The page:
President Bush said that the government of Sudan and southern-based rebels are negotiating in good faith. He said the talks must continue, and despite the slow going he will not impose sanctions on either side.
Under existing law, President Bush is required to report to congress every six months on the status of talks between the government in Khartoum and the rebel Sudan People's Liberation Army.
The law, known as the Sudan Peace Act, instructs him to determine if the two sides are making good faith efforts to reach a peace agreement. It also gives the president authorization to impose sanctions on any party he determines is blocking a settlement.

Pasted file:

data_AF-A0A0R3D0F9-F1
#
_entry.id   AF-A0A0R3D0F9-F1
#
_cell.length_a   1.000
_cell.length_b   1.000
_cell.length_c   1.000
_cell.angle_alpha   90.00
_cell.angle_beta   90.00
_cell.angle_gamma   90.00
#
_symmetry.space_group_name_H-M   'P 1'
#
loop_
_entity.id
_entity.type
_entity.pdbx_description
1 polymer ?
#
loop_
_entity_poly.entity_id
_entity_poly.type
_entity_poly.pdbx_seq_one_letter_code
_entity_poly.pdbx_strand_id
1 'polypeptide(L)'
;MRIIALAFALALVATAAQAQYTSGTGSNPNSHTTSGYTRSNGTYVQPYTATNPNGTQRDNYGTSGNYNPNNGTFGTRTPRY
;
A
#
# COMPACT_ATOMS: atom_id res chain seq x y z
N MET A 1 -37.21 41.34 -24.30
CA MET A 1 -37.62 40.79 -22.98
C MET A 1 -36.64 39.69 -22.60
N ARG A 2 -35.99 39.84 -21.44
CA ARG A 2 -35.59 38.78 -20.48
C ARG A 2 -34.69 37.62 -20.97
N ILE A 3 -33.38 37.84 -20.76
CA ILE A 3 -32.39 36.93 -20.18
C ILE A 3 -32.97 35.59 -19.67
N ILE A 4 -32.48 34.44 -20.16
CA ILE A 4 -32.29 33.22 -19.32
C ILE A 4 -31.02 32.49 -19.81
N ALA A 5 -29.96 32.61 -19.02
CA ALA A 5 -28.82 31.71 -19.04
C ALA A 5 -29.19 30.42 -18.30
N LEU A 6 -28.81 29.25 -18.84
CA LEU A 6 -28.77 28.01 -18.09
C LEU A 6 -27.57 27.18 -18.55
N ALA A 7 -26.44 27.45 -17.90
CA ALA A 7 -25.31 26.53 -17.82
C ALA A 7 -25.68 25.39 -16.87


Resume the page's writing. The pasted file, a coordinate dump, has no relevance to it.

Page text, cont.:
U.S. officials have expressed frustration with the slow pace of the negotiations, which are being hosted by Kenya. However, in recent days they cast doubt Mr. Bush would move on sanctions.
The civil war between the Sudanese government and the southern rebels has gone on for more than two decades, claiming some two million lives.